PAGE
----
Should Toy Guns Be Banned?

It’s a debate that has raged on for some time. Would giving a toy gun to a child promote aggression? Should the sale of toy weapons be stopped? Here’s our take on the subject

By Sahana Charan

Should Toy Guns Be Banned?

In January this year, an 18-year-old student gunned down his principal at a school in Gurgaon. The teenager wanted to seek revenge after she insulted him in front of his classmates.

A few years ago, a 15-year-old child died when he accidentally shot himself while playing with his father’s gun.

As shootings and gun-violence make headlines every other day, some parents want to move away from buying toy guns for their children. India has seen a rise in gun-related deaths, where youngsters were involved. The United States too is struggling to regulate its ‘gun culture’ and has already witnessed 17 school shootings till the end of March this year. All this has made many parents uncomfortable about their children indulging in pretend play with fake guns. They fear that it would increase their kid’s tendency towards violent behaviour.

“I wouldn't go out of my way to buy my daughter a toy gun, but I wouldn't hide it either, if she got one as a gift. That’s because I have mixed thoughts - sometimes I feel why not show your child that there is something called a gun, it’s a weapon just like a bow and an arrow that parents seem to be okay with. Children do enjoy their pretend-and-play rough fights... but at other times I wonder if we are making a mistake by introducing violence through toy guns and giving her the message that it’s okay,” says Sindhu, a working mom.

Why Toy Guns Worry Parents 

It is a normal response for parents to be concerned, when their children use everything from their fingers to even vegetables and other household items, and point them as weapons. It doesn’t help that the market is full of gun-play items – from water guns and Diwali roll cap guns to shooting-based video games.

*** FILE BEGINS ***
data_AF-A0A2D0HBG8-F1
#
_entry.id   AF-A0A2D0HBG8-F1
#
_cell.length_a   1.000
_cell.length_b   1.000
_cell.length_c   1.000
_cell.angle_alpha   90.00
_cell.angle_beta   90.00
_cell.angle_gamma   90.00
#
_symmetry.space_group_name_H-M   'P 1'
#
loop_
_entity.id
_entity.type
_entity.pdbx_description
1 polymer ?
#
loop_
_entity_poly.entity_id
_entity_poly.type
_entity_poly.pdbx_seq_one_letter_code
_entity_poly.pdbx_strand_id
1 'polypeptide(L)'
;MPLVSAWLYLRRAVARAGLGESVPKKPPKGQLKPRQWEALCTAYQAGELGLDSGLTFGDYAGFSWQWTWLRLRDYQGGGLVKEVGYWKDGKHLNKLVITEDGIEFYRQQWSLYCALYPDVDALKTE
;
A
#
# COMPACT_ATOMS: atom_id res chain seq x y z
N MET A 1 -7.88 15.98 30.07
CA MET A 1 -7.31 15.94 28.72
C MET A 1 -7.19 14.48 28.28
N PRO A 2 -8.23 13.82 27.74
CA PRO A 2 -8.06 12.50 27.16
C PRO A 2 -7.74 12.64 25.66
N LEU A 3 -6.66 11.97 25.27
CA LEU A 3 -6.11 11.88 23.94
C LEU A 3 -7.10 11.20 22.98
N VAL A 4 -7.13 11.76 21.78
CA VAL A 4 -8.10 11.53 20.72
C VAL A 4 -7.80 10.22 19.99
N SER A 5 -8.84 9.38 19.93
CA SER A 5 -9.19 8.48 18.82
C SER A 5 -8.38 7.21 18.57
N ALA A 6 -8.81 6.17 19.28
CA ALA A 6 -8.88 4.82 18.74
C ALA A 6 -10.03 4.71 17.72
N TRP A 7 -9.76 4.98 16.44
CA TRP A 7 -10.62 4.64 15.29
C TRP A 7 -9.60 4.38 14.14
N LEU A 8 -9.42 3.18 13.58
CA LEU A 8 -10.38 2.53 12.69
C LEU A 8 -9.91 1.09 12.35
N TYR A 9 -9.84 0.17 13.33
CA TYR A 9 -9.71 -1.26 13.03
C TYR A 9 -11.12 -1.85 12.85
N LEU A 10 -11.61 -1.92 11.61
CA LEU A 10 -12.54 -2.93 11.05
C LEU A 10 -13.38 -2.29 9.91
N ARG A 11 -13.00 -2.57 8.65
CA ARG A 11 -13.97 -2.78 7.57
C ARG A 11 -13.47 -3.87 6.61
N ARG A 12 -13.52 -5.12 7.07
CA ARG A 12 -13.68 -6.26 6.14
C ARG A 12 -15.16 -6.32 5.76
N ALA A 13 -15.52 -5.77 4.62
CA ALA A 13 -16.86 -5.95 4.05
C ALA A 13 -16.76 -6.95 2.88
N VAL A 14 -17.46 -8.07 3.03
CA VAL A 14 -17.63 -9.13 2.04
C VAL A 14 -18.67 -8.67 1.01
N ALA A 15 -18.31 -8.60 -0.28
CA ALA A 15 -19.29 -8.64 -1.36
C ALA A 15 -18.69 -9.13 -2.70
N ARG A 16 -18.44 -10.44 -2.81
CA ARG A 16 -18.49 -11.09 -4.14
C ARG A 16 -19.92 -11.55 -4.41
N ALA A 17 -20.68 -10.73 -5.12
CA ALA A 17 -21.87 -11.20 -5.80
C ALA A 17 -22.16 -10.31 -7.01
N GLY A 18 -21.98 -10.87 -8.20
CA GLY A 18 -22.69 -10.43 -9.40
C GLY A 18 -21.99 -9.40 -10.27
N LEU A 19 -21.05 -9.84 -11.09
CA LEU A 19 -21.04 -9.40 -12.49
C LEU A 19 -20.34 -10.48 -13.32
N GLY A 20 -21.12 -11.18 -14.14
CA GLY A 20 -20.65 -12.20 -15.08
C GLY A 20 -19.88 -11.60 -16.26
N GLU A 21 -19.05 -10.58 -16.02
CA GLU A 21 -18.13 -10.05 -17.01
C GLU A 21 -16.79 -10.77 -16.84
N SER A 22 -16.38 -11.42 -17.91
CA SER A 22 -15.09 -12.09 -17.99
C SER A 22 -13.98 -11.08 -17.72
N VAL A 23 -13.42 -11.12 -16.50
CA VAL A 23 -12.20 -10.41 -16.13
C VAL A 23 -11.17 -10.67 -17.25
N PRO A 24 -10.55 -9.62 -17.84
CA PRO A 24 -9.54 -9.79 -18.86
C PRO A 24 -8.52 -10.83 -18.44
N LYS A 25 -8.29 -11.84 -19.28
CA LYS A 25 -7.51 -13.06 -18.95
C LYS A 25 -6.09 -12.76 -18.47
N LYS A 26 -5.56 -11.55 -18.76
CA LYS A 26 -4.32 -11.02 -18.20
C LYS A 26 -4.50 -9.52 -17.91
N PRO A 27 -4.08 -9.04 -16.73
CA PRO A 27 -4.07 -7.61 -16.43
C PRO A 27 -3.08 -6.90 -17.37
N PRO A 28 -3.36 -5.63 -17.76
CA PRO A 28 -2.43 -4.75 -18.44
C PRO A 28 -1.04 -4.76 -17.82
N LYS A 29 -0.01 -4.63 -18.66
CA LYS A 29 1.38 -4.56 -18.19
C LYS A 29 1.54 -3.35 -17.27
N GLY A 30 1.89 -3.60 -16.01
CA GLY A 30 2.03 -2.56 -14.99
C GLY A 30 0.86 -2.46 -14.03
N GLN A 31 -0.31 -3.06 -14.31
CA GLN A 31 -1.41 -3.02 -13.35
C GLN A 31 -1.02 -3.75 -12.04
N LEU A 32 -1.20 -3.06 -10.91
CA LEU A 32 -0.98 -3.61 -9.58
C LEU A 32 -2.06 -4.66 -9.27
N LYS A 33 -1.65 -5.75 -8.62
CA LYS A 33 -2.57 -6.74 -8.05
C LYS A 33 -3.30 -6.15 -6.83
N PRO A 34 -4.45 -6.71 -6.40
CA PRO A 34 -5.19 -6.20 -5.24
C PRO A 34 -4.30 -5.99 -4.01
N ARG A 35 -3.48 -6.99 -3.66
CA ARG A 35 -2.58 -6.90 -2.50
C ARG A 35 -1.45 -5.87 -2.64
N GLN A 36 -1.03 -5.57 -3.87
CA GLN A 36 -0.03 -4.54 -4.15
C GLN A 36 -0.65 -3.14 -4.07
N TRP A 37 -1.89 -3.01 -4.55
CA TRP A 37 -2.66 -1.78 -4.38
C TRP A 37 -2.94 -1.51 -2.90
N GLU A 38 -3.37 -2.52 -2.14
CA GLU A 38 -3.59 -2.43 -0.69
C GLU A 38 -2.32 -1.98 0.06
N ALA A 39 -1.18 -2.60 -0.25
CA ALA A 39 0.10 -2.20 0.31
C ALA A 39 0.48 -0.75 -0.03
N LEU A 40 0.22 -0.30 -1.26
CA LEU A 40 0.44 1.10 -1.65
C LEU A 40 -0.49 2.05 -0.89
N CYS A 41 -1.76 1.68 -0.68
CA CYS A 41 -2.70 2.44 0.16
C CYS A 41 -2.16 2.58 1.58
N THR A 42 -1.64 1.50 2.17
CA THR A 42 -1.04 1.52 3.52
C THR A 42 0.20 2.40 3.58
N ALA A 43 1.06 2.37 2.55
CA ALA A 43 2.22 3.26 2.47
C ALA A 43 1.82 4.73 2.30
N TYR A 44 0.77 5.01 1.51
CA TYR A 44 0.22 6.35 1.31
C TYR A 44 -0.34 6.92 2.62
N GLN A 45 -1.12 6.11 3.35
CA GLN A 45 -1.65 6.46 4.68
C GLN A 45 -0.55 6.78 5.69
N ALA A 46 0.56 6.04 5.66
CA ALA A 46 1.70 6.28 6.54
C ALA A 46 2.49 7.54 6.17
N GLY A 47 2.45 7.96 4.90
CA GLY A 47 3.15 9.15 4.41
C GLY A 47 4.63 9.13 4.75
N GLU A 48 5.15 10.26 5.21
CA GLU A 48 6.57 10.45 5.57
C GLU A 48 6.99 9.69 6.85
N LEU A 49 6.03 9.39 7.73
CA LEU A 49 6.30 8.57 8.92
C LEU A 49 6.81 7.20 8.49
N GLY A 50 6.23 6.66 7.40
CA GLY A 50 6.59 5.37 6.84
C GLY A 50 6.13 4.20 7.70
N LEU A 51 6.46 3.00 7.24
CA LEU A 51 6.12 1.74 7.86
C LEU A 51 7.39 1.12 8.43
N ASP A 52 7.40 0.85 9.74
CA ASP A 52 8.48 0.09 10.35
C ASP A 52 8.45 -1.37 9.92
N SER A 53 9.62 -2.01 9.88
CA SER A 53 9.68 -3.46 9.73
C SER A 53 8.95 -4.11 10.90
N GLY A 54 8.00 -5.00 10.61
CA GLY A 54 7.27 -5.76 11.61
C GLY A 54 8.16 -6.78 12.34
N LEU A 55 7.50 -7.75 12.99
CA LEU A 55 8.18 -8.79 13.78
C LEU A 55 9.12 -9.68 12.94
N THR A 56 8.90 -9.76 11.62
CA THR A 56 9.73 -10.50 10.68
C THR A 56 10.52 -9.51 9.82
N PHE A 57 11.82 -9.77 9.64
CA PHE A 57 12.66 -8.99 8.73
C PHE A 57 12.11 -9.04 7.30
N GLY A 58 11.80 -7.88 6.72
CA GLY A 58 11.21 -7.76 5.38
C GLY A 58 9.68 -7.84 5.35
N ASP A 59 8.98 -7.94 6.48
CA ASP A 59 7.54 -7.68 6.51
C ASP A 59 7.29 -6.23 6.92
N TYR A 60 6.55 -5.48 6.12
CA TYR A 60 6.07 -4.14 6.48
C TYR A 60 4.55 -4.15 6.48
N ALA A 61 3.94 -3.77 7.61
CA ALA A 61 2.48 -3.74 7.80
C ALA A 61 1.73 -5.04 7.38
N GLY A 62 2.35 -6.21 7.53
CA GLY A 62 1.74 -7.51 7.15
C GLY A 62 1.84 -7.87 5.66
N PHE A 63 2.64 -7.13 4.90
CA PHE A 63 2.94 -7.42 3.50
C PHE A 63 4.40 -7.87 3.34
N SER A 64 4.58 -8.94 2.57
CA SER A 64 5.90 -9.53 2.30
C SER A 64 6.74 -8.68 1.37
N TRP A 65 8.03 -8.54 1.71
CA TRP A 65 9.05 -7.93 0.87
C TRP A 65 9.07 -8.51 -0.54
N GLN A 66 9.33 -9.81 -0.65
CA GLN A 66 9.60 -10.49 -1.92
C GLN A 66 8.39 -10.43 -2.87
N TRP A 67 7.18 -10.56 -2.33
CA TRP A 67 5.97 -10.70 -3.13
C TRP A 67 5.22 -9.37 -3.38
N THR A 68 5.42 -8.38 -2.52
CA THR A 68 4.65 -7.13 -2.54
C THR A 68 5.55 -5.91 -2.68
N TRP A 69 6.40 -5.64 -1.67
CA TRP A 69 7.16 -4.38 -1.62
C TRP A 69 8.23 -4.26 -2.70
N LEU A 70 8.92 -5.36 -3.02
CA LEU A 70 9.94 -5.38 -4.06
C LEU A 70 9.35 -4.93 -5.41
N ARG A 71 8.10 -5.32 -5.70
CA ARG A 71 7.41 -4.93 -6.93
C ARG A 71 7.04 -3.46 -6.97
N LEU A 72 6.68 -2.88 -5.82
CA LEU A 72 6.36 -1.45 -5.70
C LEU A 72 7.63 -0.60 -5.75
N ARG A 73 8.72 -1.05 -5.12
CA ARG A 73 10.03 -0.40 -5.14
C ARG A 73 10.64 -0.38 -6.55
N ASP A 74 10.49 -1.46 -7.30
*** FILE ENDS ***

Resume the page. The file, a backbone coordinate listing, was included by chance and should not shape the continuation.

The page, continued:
But, not all parents and experts believe that toys guns should be kept away from children.

“I believe it is alright for kids to play with toy guns and there has been no scientific evidence that has shown any real link to toys guns and future real-life violence. Playing with guns is not about violence but heroism, winning and losing, and the good guy winning over the bad guy. Having said that, when you get a toy gun for your kid the responsibility falls on the parent to educate him about the distinction between pretend shooting and real shooting,” says Meera M, mother of a 7-year-old girl.

So, are toy guns really the problem? Not exactly. By themselves, toy weapons are just like other toys that help children learn new things, expand their imagination and boost creative skills. But in an atmosphere which repeatedly reinforces that violence is alright, it may not be a good idea to give such toys to kids.

What The Expert Says

“Free play encourages creativity and expression and toys give structure, form and purpose to play. When small kids play and shoot others with toy guns, they thrill at the ‘power’ of being able to make someone immobile, at the drama of the target falling. Do they really understand the true meaning of death? Hardly! Banning something rarely gets the desired results, especially when it comes to toys for children, because there is no guarantee that access to them will be denied elsewhere beyond a parent’s supervision,” says Arundhati Swamy, counsellor and Head – Parent Engagement Programme at ParentCircle.

We all know that children will witness violence – in real life, movies, story books, television serials, video games and live news coverage. It’s important to connect with how the child has experienced the event from his world view and what meaning he has derived from it. Helping him express his thoughts and emotions will give the parents a chance to put things in the right perspective and explain why violent behaviour is unacceptable. A toy may not be harmful, but if the environment consistently promotes aggression the lines between reality and imagination become blurred. A child has very little or no control in the real world, adds Arundhati.

What Parents Should Do

Arundhati gives valuable advice on helping kids be responsible while playing with toy guns --

• Invest in the child’s emotional stability;

• Give her opportunities to explore, discover and build skills and interests;

• Give guidance to distinguish between harmful and harmless choices;

• Teach discretion and validity in seeking harmless thrills.

“The highest investment happens best in homes that are stable, nurturing, warm, consistently firm and resilient to adversities.” 

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